Sharon Horgan’s Bad Sisters on Apple TV+ Is a Murderous DelightPhoto Courtesy of Apple TV+ TV Reviews bad sisters
There have been a small spate of murder comedies on TV lately, and it’s a delightful micro genre. Mixing a mystery and thriller with humor—and doing it well—is no small feat. But Sharon Horgan’s Bad Sisters (based on the 2012 Flemish series Clan) manages it with aplomb. And unlike Hulu’s cozy murder show, Only Murders in the Building, Bad Sisters doesn’t have us hunting for the killer so much as hoping whoever it was gets away with it.
This new hourlong Apple TV+ series is set in Dublin, where four charismatic and tightly-knit sisters lament that their fifth sister, Grace (Anne-Marie Duff), has had the life sucked out of her by her miserable husband, John Paul (Claes Bang). Grace is too traumatized to see how John Paul’s manipulations have damaged her, turning her from a loving and vivacious woman to a scared, anxious mess. And it’s affected their daughter as well as her relationship with her sisters.
But each of the Garvey sisters have a bone to pick with John Paul personally, too. Eva (Sharon Horgan), the stand-in matriarch of the family, works with him and puts up with his heinous barbs about her being single and unable to have children. Ursula (Eva Birthistle) has a run-in with him after he trails her and discovers she’s been taking time from her husband and three children to carry on an affair—a fact he uses to both humiliate and blackmail her. Bibi (Sarah Green) is permanently maimed because of an accident he caused, and Becka (Eve Hewson)—often John Paul’s lone defender—has the rug pulled out from her when he goes back on a financial promise just to make her look like a fool.
Bad Sisters opens with John Paul’s funeral, and we are quickly made to assume the sisters (minus Grace) are responsible. But the truth is not quite so cut and dry; the series flips back and forth between the present and six months prior, when the plan was first hatched, using an easy-to-follow film transition to take us between those moments. We don’t know how John Paul died, at least at first, because what becomes clear very early on is that the sisters made more than one attempt on his life, and none of them (as of the first four episodes screened) go according to plan. What begins as an idea that one sister has slowly grows into a group effort, as the women individually come to the end of their ropes with their twisted brother-in-law.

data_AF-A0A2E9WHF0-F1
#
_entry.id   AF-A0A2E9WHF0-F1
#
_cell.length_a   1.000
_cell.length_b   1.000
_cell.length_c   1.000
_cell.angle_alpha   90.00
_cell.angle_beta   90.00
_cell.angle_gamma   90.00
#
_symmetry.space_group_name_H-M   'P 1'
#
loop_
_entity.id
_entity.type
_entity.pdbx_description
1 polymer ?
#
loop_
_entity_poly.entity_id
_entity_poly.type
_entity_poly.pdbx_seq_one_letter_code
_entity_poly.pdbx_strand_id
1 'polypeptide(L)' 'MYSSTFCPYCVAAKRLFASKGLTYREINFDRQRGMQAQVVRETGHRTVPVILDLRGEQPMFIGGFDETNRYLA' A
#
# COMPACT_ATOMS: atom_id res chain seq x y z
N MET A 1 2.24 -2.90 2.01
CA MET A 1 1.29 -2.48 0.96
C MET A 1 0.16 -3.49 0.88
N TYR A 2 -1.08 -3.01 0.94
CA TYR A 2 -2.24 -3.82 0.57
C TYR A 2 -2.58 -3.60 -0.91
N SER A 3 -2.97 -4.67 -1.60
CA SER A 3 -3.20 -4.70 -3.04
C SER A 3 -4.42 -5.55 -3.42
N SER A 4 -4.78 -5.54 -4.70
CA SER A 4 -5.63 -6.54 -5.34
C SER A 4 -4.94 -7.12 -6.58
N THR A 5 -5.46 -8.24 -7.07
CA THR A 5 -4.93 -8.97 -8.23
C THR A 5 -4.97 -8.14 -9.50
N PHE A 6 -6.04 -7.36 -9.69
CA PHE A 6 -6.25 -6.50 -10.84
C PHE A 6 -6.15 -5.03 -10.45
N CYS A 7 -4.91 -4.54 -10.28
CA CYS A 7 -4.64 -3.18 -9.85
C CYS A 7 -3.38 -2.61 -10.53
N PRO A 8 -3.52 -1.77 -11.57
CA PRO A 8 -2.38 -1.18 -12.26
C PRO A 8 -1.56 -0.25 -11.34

It will be of little surprise from a Horgan project that the series’ women are written incredibly well and portrayed with humor and heart—the excellent cast shines in individual scenes and when they are together. But Claes Bang is also phenomenal as a man you not only want to see murdered, you’d like to do it with your own bare hands. Smug, petulant, creepy, and emotionally abusive, all under the guise of prudishness and “care,” few men on TV will provoke such hatred (although I can think of one). But still, truly, do we want to see him die?
The show’s premiere episode answers that question well and clearly after the first botched attempt: in the wake of the presumed horror of the act, the only thing worse is finding out it didn’t work. And that’s where Bad Sisters goes from being a decent whodunnit to a can’t-stop-watching caper where the humor is augmented with each subsequent episode.
The only iffy bit of the series is an integral, but far less interesting plot concerning two insurance agent brothers who don’t want to pay out John Paul’s policy, and who are looking for any possible evidence of foul play. The idea itself doesn’t strain credulity, but the immediate, nearly unhinged doggedness of older brother Thomas (Brian Gleeson) is more irritating than funny or concerning. Every time the narrative shifts to the brothers, it feels as if it has come to a grinding halt. Still, a connection that younger brother Matthew (Daryl McCormack) has with Becka is ripe for juicy drama once it gets going.
Since coming to the attention of American audiences in the excellent series Catastrophe, Sharon Horgan has been extremely busy (and to be fair, she was pretty busy before). She’s written, produced, and/or acted in a number of recognizable comedies across the dial, including HBO’s Divorce and Starz’s Shining Vale. But her best work remains in smaller, often underrated (and non-American) series like Frayed, This Way Up, and now Bad Sisters.
And as noted before, Horgan is again exceptional here, trading witticisms with the sisters (particularly eye-patch-wearing Bibi, proving how underused Greene was in the slog that was Dublin Murders, and only glimpses of which we got to see in Normal People). As exaggerated as the circumstances of Bad Sisters might be, the Garvey sisters ground it with a natural rapport and lived-in chemistry. Both familial love and frustration are on charming display, and—minus the murder—it’s really something of an aspirational dynamic. Or it will be, once John Paul is out of the way.
Clan only ran for one season; it’s unclear whether Bad Sisters is meant to go beyond this 10-episode run or not. It’s part of a larger first-look deal Horgan has with Apple TV+, which will hopefully continue to see her developing these more intimate stories, with their easygoing humor punctuated by hard truths. But while I would happily watching the Garveys do anything together, trying to extend the story with perhaps another murder, or worse, a trial a la Broadchurch or Big Little Lies would be an unfortunate misstep. For now, it’s enough to appreciate the winning strangeness of how a show about murder can fill us with such unbridled glee.
The first two episodes of Bad Sisters premiere Friday, August 19th on Apple TV+, with subsequent episodes airing weekly.
Allison Keene is the TV Editor of Paste Magazine. For more television talk, pop culture chat and general japery, you can follow her @keeneTV
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